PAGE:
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Fewer Bells And Whistles, Please


Editorials

FEWER BELLS AND WHISTLES, PLEASE

Not many of us have escaped the intense frustration that comes with trying to program a VCR or getting a big office copier to duplicate just a page or two. Remember the last time your computer said can't next x, rf, fn? Talk about stress!

The wondrous electronic revolution that promised to boost productivity and at the same time entertain us is turning out to be a major cause of high blood pressure. Products have become so technologically complicated that the poor consumer is left feeling foolish--and angry--about not being able to get anything to work anymore. Alienating customers is always a dangerous situation, and corporations ignore it at their own peril.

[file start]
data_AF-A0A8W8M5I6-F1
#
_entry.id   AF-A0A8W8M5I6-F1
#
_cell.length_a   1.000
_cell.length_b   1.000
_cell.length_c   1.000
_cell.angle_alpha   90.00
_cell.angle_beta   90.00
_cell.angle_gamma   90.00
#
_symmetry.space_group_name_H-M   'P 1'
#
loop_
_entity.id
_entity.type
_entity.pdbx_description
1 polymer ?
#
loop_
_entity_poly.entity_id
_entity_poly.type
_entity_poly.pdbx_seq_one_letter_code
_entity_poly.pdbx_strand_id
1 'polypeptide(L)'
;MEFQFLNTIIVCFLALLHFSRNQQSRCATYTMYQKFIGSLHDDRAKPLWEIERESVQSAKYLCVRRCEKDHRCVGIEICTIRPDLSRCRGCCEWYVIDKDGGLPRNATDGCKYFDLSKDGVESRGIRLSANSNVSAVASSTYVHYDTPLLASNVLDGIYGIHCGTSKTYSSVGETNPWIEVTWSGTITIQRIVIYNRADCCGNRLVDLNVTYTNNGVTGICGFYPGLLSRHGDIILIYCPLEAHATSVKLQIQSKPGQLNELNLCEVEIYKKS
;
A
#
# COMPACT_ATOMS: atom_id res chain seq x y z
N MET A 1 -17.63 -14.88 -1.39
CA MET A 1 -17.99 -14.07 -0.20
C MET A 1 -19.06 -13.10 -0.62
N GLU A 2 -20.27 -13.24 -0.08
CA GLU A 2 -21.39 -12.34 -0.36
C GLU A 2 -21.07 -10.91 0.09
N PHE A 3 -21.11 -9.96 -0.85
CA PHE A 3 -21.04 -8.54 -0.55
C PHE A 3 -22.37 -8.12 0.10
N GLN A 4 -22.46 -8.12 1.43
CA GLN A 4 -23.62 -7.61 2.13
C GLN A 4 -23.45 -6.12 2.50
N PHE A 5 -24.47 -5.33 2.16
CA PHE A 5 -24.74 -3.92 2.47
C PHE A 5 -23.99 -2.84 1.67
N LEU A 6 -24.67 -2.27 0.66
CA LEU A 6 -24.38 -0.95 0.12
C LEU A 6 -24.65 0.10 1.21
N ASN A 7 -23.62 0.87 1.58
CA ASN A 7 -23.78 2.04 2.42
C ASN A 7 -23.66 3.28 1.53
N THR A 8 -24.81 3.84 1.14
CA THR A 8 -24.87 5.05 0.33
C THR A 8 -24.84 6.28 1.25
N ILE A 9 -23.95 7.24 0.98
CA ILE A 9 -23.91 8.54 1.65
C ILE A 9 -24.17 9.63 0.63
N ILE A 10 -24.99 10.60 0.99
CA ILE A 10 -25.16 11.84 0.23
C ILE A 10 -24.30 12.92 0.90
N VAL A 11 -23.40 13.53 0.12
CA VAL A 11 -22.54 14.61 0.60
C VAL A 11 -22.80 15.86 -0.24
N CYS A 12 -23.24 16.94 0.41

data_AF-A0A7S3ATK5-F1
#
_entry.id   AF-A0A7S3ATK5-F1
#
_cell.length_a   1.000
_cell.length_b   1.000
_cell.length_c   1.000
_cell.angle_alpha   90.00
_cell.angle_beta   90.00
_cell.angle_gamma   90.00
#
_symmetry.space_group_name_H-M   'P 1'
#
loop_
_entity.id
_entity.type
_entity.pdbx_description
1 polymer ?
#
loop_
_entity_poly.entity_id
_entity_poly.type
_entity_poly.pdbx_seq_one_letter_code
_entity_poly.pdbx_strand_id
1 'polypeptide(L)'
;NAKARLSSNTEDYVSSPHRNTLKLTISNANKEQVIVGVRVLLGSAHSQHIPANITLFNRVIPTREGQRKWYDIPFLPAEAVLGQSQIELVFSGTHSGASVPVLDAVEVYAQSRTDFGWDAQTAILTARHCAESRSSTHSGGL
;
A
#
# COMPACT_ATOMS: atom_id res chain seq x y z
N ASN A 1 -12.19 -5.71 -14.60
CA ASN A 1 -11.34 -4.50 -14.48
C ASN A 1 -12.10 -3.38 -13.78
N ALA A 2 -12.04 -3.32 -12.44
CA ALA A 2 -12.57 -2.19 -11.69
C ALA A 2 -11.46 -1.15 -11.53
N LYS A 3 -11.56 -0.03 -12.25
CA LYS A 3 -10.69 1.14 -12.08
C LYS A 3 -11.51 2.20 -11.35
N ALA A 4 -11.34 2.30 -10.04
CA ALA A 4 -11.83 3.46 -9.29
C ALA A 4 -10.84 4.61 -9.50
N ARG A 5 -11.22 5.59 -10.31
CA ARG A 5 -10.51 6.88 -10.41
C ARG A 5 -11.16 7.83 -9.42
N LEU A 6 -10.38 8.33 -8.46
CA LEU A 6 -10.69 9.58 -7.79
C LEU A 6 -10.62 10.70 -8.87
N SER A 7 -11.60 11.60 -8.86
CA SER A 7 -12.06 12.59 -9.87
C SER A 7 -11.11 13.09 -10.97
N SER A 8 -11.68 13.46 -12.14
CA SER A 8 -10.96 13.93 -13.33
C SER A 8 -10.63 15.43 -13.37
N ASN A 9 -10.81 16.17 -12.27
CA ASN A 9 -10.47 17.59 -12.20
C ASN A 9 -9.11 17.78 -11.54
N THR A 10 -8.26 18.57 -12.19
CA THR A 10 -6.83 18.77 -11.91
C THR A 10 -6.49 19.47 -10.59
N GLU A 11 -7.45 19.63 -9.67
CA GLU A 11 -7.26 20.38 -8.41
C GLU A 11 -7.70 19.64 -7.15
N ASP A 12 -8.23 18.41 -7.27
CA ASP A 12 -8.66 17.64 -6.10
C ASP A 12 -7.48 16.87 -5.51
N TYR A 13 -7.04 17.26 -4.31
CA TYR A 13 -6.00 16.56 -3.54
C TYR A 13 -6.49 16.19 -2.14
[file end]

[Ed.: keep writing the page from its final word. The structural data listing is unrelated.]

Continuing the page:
Surveys have shown that consumers want "plug and play" products. They despise most user manuals, which are rarely written in plain English. Opportunities abound for companies that are smart enough to buck the gimmickry and get back to basics.

In designing people-friendly products, less is frequently more (page 58). While the microchip permits dozens of features to be added at negligible cost, a little self-restraint would lead to fewer gadget-laden products that hardly anyone can operate properly. Who really needs a telephone with 144 features?

Fortunately, the same advanced electronic technology that gave us "VCR stress syndrome" can be used to make even the most sophisticated products easy to use. For example, interactive touchscreens on automated teller machines or office copiers can walk the user step by step through quite complex functions. Successful design is determined by what the user needs at the moment, not what the engineers decide to build.


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